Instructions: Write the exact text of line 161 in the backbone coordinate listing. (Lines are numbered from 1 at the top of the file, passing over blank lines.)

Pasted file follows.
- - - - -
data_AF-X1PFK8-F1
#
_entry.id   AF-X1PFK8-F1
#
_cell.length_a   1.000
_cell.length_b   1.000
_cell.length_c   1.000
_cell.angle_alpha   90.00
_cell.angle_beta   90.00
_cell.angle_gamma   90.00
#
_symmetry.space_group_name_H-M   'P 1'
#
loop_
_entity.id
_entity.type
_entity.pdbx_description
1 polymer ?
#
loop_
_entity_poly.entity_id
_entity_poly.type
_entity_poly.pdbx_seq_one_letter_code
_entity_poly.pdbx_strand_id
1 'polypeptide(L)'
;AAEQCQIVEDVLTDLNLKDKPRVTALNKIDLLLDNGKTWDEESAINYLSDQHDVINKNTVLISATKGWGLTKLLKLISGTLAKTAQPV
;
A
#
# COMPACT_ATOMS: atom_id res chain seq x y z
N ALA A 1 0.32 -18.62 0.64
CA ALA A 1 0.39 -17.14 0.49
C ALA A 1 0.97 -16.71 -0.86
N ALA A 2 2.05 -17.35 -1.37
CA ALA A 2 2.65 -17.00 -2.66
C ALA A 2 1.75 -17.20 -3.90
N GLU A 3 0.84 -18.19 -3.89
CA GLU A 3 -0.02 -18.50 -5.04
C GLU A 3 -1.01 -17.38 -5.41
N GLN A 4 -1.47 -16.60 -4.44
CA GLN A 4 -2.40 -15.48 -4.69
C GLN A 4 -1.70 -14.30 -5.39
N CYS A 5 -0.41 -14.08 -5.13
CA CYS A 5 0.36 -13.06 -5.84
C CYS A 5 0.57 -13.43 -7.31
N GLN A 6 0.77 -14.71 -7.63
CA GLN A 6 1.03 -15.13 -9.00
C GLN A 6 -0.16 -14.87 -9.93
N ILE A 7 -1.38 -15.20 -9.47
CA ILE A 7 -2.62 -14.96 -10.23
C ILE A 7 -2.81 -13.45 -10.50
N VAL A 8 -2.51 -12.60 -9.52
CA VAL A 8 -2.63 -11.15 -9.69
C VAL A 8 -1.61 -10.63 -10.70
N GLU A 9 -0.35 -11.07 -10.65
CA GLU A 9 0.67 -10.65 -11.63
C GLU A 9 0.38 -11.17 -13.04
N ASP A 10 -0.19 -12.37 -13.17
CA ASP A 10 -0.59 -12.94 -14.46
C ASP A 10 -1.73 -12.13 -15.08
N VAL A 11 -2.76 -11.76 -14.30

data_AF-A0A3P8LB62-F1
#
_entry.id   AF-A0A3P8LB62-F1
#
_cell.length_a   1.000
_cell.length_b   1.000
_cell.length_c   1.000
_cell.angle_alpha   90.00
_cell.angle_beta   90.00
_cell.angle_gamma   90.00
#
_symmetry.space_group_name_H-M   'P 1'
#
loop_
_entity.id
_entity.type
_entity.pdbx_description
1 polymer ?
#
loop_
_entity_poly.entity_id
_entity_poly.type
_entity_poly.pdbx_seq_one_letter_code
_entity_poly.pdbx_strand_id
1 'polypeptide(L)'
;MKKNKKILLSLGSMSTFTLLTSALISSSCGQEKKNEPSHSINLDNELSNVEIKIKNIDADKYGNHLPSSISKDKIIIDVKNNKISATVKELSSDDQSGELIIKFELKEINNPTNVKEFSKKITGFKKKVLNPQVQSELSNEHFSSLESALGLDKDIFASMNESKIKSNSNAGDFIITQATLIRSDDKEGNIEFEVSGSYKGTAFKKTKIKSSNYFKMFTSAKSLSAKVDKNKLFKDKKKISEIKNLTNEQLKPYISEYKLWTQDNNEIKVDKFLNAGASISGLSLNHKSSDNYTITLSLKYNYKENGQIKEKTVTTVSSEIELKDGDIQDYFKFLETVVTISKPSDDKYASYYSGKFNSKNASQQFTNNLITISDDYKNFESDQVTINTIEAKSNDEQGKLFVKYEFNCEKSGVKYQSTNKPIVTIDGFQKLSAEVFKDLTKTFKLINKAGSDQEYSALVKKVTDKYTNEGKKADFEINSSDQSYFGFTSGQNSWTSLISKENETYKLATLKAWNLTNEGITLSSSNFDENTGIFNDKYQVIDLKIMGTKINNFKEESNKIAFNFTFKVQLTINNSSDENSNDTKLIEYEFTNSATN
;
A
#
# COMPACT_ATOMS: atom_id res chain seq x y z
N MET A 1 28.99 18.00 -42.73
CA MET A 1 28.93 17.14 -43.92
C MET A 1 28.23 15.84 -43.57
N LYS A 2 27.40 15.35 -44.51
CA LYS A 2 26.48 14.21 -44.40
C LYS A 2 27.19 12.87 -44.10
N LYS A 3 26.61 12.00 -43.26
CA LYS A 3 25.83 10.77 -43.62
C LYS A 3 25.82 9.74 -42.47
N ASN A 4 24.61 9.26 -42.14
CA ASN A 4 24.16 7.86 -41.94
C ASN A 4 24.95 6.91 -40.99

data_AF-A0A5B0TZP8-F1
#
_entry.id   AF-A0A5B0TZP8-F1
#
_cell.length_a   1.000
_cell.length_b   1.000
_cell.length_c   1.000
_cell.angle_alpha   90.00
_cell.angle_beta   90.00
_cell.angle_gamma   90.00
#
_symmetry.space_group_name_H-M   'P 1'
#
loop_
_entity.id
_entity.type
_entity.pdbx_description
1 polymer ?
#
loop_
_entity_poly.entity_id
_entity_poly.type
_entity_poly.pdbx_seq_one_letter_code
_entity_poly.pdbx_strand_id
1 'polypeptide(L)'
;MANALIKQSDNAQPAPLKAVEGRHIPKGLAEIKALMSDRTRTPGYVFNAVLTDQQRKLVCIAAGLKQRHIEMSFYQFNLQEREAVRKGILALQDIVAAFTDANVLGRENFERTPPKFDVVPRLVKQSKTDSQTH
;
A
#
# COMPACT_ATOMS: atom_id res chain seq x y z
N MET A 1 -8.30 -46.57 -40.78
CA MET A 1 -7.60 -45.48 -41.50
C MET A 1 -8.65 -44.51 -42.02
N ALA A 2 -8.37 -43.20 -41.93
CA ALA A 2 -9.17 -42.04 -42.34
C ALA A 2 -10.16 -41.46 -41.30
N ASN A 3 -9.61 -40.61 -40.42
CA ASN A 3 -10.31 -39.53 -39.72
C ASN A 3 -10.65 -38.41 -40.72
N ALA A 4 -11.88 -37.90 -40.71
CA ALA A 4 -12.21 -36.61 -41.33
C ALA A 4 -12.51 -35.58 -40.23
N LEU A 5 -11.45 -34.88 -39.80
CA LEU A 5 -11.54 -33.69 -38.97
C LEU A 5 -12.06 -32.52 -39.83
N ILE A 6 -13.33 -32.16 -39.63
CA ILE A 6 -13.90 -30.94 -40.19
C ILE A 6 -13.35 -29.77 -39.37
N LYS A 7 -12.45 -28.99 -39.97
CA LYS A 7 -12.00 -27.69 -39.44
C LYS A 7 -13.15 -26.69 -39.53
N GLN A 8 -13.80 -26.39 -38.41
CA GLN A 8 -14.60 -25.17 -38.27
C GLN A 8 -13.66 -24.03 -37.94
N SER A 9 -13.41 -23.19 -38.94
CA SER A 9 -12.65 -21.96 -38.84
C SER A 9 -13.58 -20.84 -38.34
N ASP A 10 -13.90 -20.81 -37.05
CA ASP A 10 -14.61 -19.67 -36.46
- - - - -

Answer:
N ASP A 10 -13.90 -20.81 -37.05